Sports Law • Risk Management

October 30, 2010: Protecting Superstars from Negative Headlines: Athlete Risk Management

The Brett Favre investigation of his explicit text messages has garnered a lot of attention. The NFL is conducting an investigation into whether Favre broke league rules regarding workplace conduct. It wasn’t long ago that Tiger Woods’ antics created a news sensation, which also drew attention away from his golf talent and into his private, shall I say, bedroom affairs. These amazing athletes are just two of a constant string of alleged inappropriate behavior by our sports heroes that are brought to our attention on almost a daily basis.

I wonder what the opportunity cost is of such bad press? How much money in sponsorship is lost because of such behavior? How much are promising sports careers shortened? How much money is lost because of fines or violations of contract provisions? Wouldn’t it be reasonable for sports agents, managers, teams, leagues, tours, coaches and athletes to consider the management of bad behavior risks?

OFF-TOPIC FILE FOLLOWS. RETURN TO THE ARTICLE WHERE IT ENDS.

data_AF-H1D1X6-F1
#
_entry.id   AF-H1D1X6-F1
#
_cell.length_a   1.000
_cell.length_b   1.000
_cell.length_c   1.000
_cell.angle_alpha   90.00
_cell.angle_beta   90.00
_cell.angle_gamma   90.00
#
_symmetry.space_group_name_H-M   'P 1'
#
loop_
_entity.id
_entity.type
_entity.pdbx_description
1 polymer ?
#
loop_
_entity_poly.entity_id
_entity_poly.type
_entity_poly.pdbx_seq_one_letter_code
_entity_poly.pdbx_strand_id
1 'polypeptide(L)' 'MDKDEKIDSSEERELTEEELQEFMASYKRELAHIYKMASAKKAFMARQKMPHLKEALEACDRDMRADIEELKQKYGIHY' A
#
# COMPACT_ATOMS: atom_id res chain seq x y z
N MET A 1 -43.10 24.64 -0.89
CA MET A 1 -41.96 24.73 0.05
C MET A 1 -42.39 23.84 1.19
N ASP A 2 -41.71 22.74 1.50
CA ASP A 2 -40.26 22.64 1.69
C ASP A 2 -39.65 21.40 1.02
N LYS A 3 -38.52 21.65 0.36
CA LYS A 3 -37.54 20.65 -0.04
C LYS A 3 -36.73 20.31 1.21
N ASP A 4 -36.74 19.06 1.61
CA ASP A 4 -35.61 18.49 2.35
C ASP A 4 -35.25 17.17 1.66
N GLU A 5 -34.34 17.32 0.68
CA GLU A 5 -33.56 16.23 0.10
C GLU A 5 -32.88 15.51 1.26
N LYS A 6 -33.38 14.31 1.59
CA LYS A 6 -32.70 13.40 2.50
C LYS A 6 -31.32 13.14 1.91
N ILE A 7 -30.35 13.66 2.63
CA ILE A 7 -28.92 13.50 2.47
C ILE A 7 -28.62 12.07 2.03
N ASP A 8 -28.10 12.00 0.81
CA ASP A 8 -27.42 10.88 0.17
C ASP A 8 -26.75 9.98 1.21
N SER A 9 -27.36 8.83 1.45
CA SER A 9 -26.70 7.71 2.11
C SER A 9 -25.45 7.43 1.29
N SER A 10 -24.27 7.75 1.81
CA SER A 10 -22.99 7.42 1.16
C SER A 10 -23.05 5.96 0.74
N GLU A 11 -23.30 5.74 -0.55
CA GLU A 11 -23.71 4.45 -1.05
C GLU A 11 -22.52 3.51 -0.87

Considering the high cost, it would make sense to spend the money for training and coaching to manage such risks. I suggest that athletes be given risk management training so that they can be advised early in their careers of the dangers of potential bad behavior and its potential negative impact on their lives. Athletes should receive this training and reminders so that they are constantly aware of the consequences of their actions. With careful attention to individual athlete risk management, the great athletes can focus more on their game and less on the negative headlines. Nohr Sports Risk Management is available to provide risk management training to athletes.